History is bunk
The only history worth anything is the history that we make today.
History. “The only thing you can do with a history degree is to teach it to students.” Well, that’s what I thought as a young engineering graduate.
It’s interesting how your views can change, and in the last couple of years, I’ve spent many a happy hour discovering how lessons from history can help inform decisions today.
The only lesson of the history is that people never learn their lessons from the history.
~ George Bernard Shaw
It’s fascinating how a subject, once considered boring, useless and lifeless can turn into a topic of fascination and inspiration. My journey into reading about history started with a casual interest in US history initiated by a visit to family living in America and picking up a book on the subject. This generated an interest in the European history that led up to the origins of the USA as we know it today, especially around the Boston Tea Party of 1773. That led on to a continuing interest in a subject once thought of as boring and irrelevant.
One of the things I noticed is that history is littered with people falling out with other people, often because of misunderstandings or differences in culture, and going to war because of that. It seems that we are really quite good at falling out with people that we don’t understand. It also seems that history is marked by long seasons of things remaining the same, interspersed with short bouts of upheaval where there is a significant change.
The interest in history also led to a fascinating journey of exploration of personal purpose and direction. I wrote about that journey in a blog post entitled “Experience isn’t the best teacher” and one of the results of that journey involved exploring the question “what works” with regard to life and career. I was encouraged to explore my personal timeline to see what my personal history could teach me about myself, and about my interests, skills and values. It also led to a challenge which can be summed up in the words of Robert Schuller who said:
“What would you attempt if you knew you couldn’t fail.”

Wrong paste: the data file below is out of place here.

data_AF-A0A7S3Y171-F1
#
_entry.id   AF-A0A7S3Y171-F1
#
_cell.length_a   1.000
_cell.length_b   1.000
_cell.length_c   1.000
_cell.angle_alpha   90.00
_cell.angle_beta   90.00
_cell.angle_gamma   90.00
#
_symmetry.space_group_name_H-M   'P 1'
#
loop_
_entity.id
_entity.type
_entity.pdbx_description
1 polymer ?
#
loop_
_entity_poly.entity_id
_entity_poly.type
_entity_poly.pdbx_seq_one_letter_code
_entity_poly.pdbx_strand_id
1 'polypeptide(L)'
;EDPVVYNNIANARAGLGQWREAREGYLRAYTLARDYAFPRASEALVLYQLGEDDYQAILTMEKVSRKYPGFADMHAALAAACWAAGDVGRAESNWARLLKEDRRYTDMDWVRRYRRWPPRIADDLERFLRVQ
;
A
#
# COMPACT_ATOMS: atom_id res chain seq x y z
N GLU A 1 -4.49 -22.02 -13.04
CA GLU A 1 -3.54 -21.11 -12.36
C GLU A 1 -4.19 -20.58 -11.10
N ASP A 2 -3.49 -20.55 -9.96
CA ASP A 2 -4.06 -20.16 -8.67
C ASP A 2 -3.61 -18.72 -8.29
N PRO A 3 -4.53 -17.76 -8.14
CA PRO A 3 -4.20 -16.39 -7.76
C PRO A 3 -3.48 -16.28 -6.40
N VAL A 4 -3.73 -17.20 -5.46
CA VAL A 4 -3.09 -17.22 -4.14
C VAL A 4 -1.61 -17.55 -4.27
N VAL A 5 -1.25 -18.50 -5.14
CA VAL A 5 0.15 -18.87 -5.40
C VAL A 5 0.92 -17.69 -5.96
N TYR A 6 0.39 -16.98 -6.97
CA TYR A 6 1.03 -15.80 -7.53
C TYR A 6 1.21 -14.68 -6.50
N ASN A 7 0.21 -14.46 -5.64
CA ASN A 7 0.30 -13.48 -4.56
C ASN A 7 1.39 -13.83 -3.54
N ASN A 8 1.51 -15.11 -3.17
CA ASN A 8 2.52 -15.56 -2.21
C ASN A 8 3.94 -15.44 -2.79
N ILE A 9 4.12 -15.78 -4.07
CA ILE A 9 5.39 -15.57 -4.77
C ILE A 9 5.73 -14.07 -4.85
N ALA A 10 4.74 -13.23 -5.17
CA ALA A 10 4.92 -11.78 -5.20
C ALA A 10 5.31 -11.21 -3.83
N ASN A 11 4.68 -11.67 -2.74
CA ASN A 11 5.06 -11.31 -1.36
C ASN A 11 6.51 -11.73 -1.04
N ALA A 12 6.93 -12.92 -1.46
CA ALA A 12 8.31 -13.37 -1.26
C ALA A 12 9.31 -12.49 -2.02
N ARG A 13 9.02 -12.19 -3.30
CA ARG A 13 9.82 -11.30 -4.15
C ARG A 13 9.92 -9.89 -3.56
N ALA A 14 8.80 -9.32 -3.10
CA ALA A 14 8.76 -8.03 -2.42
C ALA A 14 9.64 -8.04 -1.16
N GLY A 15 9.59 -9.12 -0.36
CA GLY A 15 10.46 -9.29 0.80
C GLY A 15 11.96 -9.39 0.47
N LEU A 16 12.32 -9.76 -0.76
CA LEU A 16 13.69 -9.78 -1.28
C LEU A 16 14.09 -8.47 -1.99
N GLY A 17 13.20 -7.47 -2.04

~ Robert Schuller
Well, one way of discovering what I could do without failing was to see what I had done that hadn’t failed! My personal history timeline gave some very clear indications where those strengths lay and led to a personal reassessment process.
One of the outcomes of that reassessment was to discover a capacity for new activities that I didn’t know was possible. It turns out that the statement that “most experts believe that people typically use only 10% of their true potential” isn’t actually true, however, what is true is that we are capable of far more than we know. There’s a rule called the 40% rule, and this states that “when your mind is telling you you’re done, you’re really only 40% done”, and this seems to have evidence to back it up.
“When your mind is telling you you’re done, you’re really only 40% done”
~ Jesse Itzler
(Living with a SEAL)
It turns out that most people seem to hit a wall that can be found less than half the way to their actual capacity, and at that point, it seems like they can’t go on. For most people, however, they are able to go on well beyond that limit they just don’t know it. When that’s combined with one of the major stumbling blocks to be found preventing productivity at work, the truth is that there is a whole lot more that could be accomplished than is actually achieved.
One of the reasons for that lack of productivity is that we are often called on to work in areas where we are not using our strengths. When we are in our strength zone we are able to deliver at a significantly higher level than when we are working outside of it. Think of a basketball player trying to be a horse jockey, or a wrestler trying to be a long distance runner, and you’ll see athletes working outside their strength zone. It seems so obvious in the world of athletics, yet we do it all the time at work!
“Learning is discovering that something is possible.”
~ Fritz Perls
The key to achieving more is to stop thinking “more work” and start figuring out “what works”. More work won’t increase your capacity, it will just result in more work! To increase your capacity you need to do more of what works and less of what doesn’t. John Maxwell explains in the Law of Expansion that it needs a change of language from “Can I?” to “How can I?”. It means no longer exploring the world of more work, and instead, making an assumption that there is another way, and that we just need to find it. Once we make that transition we are able to grow and thus keep on increasing our capacity!
“Man’s mind, once stretched by a new idea, never regains its original dimensions.”
~ Oliver Wendell Holmes
About Roger Fairhead
Roger is a leadership specialist delivering Leadership for Business Achievement through Speaking, Training and Coaching to business leaders and entrepreneurs.
“He is articulate, tracks complex issues with ease and has an incredible gift for raising pearls of wisdom out of the murky depths of people and process.” His passion is to help people to learn effective leadership skills to lead their teams to capitalize on their strengths and passions to realize their dreams.
Leadership for Business also invests into the dreams of families in the world’s underserved communities to offer them small loans that empower them to invest in their future, to provide for their families and give back to their communities.